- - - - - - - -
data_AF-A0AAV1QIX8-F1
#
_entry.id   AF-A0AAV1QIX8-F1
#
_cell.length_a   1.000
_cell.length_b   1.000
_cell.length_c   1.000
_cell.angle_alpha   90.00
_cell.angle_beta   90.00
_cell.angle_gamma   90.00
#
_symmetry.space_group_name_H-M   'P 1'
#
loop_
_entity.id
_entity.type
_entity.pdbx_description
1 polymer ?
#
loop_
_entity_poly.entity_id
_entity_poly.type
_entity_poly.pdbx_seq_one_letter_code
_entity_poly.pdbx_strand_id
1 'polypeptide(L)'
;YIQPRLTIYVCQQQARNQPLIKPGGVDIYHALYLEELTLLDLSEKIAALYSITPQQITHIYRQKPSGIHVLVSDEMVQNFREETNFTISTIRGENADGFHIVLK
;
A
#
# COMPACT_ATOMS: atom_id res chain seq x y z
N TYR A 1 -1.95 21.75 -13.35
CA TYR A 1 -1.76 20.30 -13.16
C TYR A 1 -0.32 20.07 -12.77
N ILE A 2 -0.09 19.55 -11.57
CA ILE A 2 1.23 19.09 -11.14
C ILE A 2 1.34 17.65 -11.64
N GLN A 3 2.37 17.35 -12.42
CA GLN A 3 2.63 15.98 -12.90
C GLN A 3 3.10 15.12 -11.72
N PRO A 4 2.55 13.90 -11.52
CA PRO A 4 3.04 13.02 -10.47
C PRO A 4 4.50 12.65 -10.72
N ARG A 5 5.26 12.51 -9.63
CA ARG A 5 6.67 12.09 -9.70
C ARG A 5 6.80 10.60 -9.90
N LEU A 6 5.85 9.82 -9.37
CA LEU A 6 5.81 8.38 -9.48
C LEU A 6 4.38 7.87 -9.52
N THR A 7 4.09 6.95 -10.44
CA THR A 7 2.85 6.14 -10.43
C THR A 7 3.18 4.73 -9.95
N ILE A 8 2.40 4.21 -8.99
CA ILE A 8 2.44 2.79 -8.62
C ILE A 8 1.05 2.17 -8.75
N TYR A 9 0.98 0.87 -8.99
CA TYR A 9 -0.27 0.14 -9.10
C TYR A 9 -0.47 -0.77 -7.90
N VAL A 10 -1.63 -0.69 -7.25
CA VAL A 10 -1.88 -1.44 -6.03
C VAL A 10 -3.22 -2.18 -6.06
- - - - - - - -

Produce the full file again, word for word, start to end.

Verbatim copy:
data_AF-A0AAV1QIX8-F1
#
_entry.id   AF-A0AAV1QIX8-F1
#
_cell.length_a   1.000
_cell.length_b   1.000
_cell.length_c   1.000
_cell.angle_alpha   90.00
_cell.angle_beta   90.00
_cell.angle_gamma   90.00
#
_symmetry.space_group_name_H-M   'P 1'
#
loop_
_entity.id
_entity.type
_entity.pdbx_description
1 polymer ?
#
loop_
_entity_poly.entity_id
_entity_poly.type
_entity_poly.pdbx_seq_one_letter_code
_entity_poly.pdbx_strand_id
1 'polypeptide(L)'
;YIQPRLTIYVCQQQARNQPLIKPGGVDIYHALYLEELTLLDLSEKIAALYSITPQQITHIYRQKPSGIHVLVSDEMVQNFREETNFTISTIRGENADGFHIVLK
;
A
#
# COMPACT_ATOMS: atom_id res chain seq x y z
N TYR A 1 -1.95 21.75 -13.35
CA TYR A 1 -1.76 20.30 -13.16
C TYR A 1 -0.32 20.07 -12.77
N ILE A 2 -0.09 19.55 -11.57
CA ILE A 2 1.23 19.09 -11.14
C ILE A 2 1.34 17.65 -11.64
N GLN A 3 2.37 17.35 -12.42
CA GLN A 3 2.63 15.98 -12.90
C GLN A 3 3.10 15.12 -11.72
N PRO A 4 2.55 13.90 -11.52
CA PRO A 4 3.04 13.02 -10.47
C PRO A 4 4.50 12.65 -10.72
N ARG A 5 5.26 12.51 -9.63
CA ARG A 5 6.67 12.09 -9.70
C ARG A 5 6.80 10.60 -9.90
N LEU A 6 5.85 9.82 -9.37
CA LEU A 6 5.81 8.38 -9.48
C LEU A 6 4.38 7.87 -9.52
N THR A 7 4.09 6.95 -10.44
CA THR A 7 2.85 6.14 -10.43
C THR A 7 3.18 4.73 -9.95
N ILE A 8 2.40 4.21 -8.99
CA ILE A 8 2.44 2.79 -8.62
C ILE A 8 1.05 2.17 -8.75
N TYR A 9 0.98 0.87 -8.99
CA TYR A 9 -0.27 0.14 -9.10
C TYR A 9 -0.47 -0.77 -7.90
N VAL A 10 -1.63 -0.69 -7.25
CA VAL A 10 -1.88 -1.44 -6.03
C VAL A 10 -3.22 -2.18 -6.06